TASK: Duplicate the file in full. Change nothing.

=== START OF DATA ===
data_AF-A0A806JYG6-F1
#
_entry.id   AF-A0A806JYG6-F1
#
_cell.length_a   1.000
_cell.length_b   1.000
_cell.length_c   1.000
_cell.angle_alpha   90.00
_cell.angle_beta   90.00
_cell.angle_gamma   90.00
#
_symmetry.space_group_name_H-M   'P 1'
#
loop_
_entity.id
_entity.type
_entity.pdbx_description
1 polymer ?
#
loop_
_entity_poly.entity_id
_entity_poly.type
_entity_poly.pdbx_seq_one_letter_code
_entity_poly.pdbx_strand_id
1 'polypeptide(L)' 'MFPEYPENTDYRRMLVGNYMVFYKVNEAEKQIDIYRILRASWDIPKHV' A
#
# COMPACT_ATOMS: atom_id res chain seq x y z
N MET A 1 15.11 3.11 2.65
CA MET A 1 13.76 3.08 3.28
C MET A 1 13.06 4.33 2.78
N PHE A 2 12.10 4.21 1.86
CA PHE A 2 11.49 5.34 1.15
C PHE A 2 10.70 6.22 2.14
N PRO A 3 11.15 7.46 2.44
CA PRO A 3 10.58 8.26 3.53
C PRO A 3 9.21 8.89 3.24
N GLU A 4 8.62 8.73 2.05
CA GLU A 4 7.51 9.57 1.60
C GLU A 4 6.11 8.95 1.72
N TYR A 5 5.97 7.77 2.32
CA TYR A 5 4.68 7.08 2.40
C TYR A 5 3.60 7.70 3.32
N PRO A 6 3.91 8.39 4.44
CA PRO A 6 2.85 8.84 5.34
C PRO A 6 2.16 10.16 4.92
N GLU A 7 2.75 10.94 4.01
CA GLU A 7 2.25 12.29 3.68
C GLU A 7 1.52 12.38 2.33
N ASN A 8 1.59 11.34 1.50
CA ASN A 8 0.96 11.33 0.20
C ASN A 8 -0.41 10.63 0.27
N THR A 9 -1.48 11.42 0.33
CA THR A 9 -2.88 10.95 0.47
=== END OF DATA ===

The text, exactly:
data_AF-A0A806JYG6-F1
#
_entry.id   AF-A0A806JYG6-F1
#
_cell.length_a   1.000
_cell.length_b   1.000
_cell.length_c   1.000
_cell.angle_alpha   90.00
_cell.angle_beta   90.00
_cell.angle_gamma   90.00
#
_symmetry.space_group_name_H-M   'P 1'
#
loop_
_entity.id
_entity.type
_entity.pdbx_description
1 polymer ?
#
loop_
_entity_poly.entity_id
_entity_poly.type
_entity_poly.pdbx_seq_one_letter_code
_entity_poly.pdbx_strand_id
1 'polypeptide(L)' 'MFPEYPENTDYRRMLVGNYMVFYKVNEAEKQIDIYRILRASWDIPKHV' A
#
# COMPACT_ATOMS: atom_id res chain seq x y z
N MET A 1 15.11 3.11 2.65
CA MET A 1 13.76 3.08 3.28
C MET A 1 13.06 4.33 2.78
N PHE A 2 12.10 4.21 1.86
CA PHE A 2 11.49 5.34 1.15
C PHE A 2 10.70 6.22 2.14
N PRO A 3 11.15 7.46 2.44
CA PRO A 3 10.58 8.26 3.53
C PRO A 3 9.21 8.89 3.24
N GLU A 4 8.62 8.73 2.05
CA GLU A 4 7.51 9.57 1.60
C GLU A 4 6.11 8.95 1.72
N TYR A 5 5.97 7.77 2.32
CA TYR A 5 4.68 7.08 2.40
C TYR A 5 3.60 7.70 3.32
N PRO A 6 3.91 8.39 4.44
CA PRO A 6 2.85 8.84 5.34
C PRO A 6 2.16 10.16 4.92
N GLU A 7 2.75 10.94 4.01
CA GLU A 7 2.25 12.29 3.68
C GLU A 7 1.52 12.38 2.33
N ASN A 8 1.59 11.34 1.50
CA ASN A 8 0.96 11.33 0.20
C ASN A 8 -0.41 10.63 0.27
N THR A 9 -1.48 11.42 0.33
CA THR A 9 -2.88 10.95 0.47